She was not specified as having been related to a Colonel Ross, a U.S. Army officer, in the Captain America story "The Wound No Man Could See" in Marvel Mystery Comics #88 (Oct. 1948).[1] The 2010 miniseries Captain America: Patriot retroactively revealed that she was the aunt of General Thunderbolt Ross, and the great-aunt of his daughter Betty Ross, two characters introduced in The Incredible Hulk #1 (May 1962).

Fictional character biography[edit]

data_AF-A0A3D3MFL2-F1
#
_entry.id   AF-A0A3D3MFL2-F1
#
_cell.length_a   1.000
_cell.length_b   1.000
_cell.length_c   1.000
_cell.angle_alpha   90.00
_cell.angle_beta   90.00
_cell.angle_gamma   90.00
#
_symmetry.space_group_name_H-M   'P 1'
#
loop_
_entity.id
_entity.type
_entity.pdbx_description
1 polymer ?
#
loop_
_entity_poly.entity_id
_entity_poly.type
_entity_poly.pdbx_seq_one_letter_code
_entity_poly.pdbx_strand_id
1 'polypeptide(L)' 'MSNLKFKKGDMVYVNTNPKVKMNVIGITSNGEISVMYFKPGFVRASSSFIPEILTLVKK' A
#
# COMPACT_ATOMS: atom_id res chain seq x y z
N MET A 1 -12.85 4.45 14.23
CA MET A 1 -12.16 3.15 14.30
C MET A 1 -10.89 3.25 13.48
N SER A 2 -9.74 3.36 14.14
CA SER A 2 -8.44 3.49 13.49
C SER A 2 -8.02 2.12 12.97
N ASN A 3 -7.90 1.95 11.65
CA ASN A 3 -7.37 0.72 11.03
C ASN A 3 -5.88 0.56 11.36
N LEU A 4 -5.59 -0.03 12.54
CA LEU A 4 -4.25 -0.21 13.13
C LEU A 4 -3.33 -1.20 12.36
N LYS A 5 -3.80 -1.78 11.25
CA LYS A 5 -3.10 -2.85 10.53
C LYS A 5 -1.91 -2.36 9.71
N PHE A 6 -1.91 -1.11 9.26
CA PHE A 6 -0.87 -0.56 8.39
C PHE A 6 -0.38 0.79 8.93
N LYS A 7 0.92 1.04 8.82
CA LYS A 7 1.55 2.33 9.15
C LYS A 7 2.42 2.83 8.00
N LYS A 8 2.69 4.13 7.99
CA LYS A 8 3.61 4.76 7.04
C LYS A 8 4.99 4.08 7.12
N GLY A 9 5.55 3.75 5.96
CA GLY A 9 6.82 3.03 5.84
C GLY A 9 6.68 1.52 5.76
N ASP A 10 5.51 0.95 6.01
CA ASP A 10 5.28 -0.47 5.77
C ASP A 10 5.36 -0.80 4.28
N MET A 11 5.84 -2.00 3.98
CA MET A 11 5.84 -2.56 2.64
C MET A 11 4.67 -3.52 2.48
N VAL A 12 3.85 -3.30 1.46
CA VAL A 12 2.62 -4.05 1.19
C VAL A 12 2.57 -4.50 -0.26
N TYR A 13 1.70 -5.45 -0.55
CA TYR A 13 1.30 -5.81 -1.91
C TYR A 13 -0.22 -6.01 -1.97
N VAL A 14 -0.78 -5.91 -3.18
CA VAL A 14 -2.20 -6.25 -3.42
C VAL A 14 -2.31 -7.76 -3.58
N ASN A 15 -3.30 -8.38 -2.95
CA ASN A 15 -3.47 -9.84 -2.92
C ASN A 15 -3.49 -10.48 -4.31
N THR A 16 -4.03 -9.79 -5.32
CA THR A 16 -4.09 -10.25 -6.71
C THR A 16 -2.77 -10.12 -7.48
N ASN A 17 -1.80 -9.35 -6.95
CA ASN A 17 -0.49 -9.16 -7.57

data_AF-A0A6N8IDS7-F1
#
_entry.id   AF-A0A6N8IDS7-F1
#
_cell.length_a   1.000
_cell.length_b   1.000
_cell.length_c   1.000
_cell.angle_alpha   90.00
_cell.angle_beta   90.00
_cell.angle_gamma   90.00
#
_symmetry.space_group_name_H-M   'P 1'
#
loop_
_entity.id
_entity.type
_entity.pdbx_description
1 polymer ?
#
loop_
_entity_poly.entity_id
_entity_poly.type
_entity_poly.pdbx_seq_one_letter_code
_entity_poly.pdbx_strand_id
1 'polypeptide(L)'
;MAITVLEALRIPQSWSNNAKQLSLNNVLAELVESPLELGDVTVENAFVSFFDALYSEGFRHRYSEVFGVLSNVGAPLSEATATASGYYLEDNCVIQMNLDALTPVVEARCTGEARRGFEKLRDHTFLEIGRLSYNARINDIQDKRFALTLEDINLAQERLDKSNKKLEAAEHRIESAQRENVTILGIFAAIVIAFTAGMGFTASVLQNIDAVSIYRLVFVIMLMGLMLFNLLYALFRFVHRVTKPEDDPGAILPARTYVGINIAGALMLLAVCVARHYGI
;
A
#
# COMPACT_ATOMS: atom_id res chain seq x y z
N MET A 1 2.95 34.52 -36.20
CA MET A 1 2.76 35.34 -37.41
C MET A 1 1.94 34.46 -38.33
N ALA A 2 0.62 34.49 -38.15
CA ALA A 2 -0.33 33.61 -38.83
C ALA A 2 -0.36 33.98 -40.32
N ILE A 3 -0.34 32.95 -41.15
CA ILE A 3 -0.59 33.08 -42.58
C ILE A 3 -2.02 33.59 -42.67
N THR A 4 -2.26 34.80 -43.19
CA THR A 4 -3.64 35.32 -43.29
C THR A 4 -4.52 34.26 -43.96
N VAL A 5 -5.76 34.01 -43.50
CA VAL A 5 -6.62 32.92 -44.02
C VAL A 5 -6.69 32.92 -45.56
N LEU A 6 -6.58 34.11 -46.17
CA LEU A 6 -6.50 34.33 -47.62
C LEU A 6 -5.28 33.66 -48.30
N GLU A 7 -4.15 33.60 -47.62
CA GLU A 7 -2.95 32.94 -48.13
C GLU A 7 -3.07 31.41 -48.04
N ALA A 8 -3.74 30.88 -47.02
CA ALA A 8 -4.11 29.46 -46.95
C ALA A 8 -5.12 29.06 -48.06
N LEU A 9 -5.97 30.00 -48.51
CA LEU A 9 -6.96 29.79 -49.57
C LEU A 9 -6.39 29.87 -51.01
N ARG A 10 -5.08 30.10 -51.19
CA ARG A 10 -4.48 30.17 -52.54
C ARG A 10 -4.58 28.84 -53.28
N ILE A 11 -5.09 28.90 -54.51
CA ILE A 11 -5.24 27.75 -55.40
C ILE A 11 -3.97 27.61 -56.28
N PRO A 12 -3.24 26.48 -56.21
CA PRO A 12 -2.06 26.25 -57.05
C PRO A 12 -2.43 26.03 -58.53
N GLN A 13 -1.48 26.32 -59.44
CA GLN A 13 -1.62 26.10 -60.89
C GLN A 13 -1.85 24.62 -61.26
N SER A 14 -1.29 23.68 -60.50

Immediately before and during most of World War II, Betsy Ross was a member of the U.S. Army's Women's Auxiliary Army Corps, and had previously worked as a waitress and later an FBI agent. She became a friend and eventual girlfriend of Army Private Steve Rogers, unaware of his dual identity as Captain America, whom she admired and whom had saved her on more than one occasion. She was kind and resourceful but not especially strong at first. Betsy investigated fortune tellers Sando and Omar and exposed them as spies. In issue #6 (Sept. 1941), she was captured by the Imperial Japanese spy known as Fang along with Bucky, but was rescued by Captain America. After the attack on Pearl Harbor and the United States' official entry into the war, she soon became involved in more missions that had her opposing Nazi and Imperial Japanese forces. Over the course of the comics, Ross grows into a tough and capable ally of Captain America and Bucky.